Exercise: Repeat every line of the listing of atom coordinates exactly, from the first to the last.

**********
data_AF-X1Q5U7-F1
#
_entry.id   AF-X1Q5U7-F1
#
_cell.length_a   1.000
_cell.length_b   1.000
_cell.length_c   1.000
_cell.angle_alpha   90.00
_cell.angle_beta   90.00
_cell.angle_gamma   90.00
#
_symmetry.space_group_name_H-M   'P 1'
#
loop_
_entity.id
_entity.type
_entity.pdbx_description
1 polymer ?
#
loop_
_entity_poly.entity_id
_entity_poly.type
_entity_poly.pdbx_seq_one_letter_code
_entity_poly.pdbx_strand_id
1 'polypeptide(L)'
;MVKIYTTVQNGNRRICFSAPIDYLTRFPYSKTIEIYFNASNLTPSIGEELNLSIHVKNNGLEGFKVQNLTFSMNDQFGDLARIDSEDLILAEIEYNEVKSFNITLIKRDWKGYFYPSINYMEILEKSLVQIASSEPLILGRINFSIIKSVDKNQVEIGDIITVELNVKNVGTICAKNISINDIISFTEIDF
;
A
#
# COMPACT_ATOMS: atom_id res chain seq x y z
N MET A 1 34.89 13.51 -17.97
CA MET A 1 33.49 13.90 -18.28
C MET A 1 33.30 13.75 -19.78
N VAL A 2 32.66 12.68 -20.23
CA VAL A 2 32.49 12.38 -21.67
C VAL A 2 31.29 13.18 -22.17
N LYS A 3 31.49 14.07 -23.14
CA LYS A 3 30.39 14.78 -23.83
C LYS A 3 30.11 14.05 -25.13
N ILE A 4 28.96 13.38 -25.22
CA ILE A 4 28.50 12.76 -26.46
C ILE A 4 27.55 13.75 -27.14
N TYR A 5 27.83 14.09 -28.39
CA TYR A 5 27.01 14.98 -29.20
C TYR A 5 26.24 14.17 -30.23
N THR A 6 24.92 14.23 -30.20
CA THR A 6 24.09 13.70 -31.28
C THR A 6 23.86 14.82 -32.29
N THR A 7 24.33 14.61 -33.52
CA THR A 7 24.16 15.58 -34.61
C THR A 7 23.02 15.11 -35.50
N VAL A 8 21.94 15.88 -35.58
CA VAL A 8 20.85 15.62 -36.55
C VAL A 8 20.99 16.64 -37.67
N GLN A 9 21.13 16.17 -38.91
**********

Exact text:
data_AF-X1Q5U7-F1
#
_entry.id   AF-X1Q5U7-F1
#
_cell.length_a   1.000
_cell.length_b   1.000
_cell.length_c   1.000
_cell.angle_alpha   90.00
_cell.angle_beta   90.00
_cell.angle_gamma   90.00
#
_symmetry.space_group_name_H-M   'P 1'
#
loop_
_entity.id
_entity.type
_entity.pdbx_description
1 polymer ?
#
loop_
_entity_poly.entity_id
_entity_poly.type
_entity_poly.pdbx_seq_one_letter_code
_entity_poly.pdbx_strand_id
1 'polypeptide(L)'
;MVKIYTTVQNGNRRICFSAPIDYLTRFPYSKTIEIYFNASNLTPSIGEELNLSIHVKNNGLEGFKVQNLTFSMNDQFGDLARIDSEDLILAEIEYNEVKSFNITLIKRDWKGYFYPSINYMEILEKSLVQIASSEPLILGRINFSIIKSVDKNQVEIGDIITVELNVKNVGTICAKNISINDIISFTEIDF
;
A
#
# COMPACT_ATOMS: atom_id res chain seq x y z
N MET A 1 34.89 13.51 -17.97
CA MET A 1 33.49 13.90 -18.28
C MET A 1 33.30 13.75 -19.78
N VAL A 2 32.66 12.68 -20.23
CA VAL A 2 32.49 12.38 -21.67
C VAL A 2 31.29 13.18 -22.17
N LYS A 3 31.49 14.07 -23.14
CA LYS A 3 30.39 14.78 -23.83
C LYS A 3 30.11 14.05 -25.13
N ILE A 4 28.96 13.38 -25.22
CA ILE A 4 28.50 12.76 -26.46
C ILE A 4 27.55 13.75 -27.14
N TYR A 5 27.83 14.09 -28.39
CA TYR A 5 27.01 14.98 -29.20
C TYR A 5 26.24 14.17 -30.23
N THR A 6 24.92 14.23 -30.20
CA THR A 6 24.09 13.70 -31.28
C THR A 6 23.86 14.82 -32.29
N THR A 7 24.33 14.61 -33.52
CA THR A 7 24.16 15.58 -34.61
C THR A 7 23.02 15.11 -35.50
N VAL A 8 21.94 15.88 -35.58
CA VAL A 8 20.85 15.62 -36.55
C VAL A 8 20.99 16.64 -37.67
N GLN A 9 21.13 16.17 -38.91